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Internet @ Europe: Overcoming institutional fragmentation and policy failure

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  • Werle, Raymund
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    For more than a decade the Internet was confronted with ignorance and resistance in many European countries. National and European technology policies were unfavorable to not invented here technologies and committed to open networks of a different kind. The incumbent network operators in telecommunications, most of them enjoying a monopoly status for a long time, declined tolerating deviant modes of data communication and service provision, which might trigger competition and uncontrollable use of their networks. This situation was not simply a matter of attitudes and beliefs of the managerial and political élite. It was rather an expression of constraints of a traditional institutional setting which had produced industry structures and industrial policy strategies that were not compatible with the Internet. Only recently can we observe changes. Telecoms liberalization in the European Union and the emergence of market competition in this industry coincide with a new Internet policy that recognizes the infrastructural significance of this network for a European information society and the need to involve Internet users in order to exploit the potential of this network.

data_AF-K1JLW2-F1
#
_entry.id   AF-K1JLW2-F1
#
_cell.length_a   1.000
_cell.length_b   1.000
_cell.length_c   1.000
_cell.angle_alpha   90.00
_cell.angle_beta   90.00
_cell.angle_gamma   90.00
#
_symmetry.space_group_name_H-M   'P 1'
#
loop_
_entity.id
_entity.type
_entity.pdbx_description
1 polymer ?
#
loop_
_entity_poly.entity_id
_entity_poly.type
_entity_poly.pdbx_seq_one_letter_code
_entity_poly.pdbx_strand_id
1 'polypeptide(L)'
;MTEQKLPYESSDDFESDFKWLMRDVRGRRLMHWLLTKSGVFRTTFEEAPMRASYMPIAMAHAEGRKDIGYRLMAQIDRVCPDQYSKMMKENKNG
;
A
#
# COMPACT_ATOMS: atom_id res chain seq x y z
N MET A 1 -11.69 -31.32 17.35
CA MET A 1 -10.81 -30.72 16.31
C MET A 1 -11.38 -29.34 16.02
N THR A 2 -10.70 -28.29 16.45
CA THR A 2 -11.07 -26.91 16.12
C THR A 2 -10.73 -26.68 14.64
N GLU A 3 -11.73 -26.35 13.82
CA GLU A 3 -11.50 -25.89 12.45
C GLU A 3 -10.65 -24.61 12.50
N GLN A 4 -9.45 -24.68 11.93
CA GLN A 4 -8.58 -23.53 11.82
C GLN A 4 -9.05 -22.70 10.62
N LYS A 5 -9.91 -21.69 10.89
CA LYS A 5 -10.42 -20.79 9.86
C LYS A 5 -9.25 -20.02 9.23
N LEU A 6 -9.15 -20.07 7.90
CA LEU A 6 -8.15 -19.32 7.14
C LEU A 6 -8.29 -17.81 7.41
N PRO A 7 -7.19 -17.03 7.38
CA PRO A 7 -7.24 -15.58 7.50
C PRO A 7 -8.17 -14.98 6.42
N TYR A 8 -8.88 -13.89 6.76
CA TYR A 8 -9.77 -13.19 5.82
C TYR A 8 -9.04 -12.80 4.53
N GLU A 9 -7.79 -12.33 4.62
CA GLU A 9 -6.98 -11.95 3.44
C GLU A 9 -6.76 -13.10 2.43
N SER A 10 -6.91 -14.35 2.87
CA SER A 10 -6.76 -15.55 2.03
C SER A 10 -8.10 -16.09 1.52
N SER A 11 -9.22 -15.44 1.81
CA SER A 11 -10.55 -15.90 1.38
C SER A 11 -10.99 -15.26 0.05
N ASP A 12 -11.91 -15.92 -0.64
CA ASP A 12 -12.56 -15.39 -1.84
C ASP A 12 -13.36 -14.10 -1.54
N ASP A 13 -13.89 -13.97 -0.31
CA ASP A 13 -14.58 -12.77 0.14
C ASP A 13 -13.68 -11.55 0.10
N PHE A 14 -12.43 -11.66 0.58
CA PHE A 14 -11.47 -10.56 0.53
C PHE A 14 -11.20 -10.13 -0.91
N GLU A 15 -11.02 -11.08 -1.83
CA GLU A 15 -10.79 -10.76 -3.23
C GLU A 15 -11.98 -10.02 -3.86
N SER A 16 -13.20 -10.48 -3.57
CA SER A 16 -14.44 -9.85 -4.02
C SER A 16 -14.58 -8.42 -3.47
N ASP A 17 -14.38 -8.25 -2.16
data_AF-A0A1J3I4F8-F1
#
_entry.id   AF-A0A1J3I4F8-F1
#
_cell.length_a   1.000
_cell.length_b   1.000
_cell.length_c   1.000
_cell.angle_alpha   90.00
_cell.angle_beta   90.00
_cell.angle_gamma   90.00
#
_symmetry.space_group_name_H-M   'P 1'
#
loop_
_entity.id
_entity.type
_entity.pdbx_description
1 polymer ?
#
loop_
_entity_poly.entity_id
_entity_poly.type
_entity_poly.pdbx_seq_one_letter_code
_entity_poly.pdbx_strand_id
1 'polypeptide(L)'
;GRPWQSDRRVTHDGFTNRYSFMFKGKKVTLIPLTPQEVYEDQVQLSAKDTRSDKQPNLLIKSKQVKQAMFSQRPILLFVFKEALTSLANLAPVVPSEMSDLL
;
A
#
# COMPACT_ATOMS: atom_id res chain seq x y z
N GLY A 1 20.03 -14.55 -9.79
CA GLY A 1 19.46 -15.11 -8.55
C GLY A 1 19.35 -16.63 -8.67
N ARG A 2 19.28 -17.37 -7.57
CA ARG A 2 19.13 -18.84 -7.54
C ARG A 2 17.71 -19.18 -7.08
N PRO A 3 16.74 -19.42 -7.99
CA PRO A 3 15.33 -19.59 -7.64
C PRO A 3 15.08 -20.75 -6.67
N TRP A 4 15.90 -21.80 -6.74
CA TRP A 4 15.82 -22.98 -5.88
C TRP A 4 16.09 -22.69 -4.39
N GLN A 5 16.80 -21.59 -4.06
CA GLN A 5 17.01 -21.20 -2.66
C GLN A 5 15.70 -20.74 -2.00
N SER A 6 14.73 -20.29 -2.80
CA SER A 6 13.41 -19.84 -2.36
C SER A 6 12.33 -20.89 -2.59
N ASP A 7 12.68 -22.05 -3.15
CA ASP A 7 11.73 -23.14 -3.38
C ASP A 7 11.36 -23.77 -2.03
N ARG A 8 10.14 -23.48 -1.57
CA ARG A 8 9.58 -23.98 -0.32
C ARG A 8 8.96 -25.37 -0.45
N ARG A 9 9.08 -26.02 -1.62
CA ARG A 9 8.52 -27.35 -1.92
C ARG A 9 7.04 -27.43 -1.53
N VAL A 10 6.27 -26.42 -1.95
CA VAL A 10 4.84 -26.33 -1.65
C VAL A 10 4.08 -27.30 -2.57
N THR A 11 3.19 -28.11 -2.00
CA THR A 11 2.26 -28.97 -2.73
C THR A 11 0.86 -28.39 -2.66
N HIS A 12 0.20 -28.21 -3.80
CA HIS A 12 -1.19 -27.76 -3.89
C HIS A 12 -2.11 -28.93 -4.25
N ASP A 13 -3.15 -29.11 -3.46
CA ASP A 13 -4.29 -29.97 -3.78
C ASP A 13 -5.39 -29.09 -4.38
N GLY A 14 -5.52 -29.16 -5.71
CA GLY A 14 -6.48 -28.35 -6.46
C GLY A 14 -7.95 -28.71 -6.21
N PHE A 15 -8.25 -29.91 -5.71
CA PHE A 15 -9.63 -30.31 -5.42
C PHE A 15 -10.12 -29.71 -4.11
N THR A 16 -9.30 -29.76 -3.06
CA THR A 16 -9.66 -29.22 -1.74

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    Article provided by European Community Studies Association Austria (ECSA-A) in its journal European Integration online Papers (EIoP).

    Volume (Year): 5 (2001)
    Issue (Month): (06)

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    Handle: RePEc:erp:eiopxx:p0067
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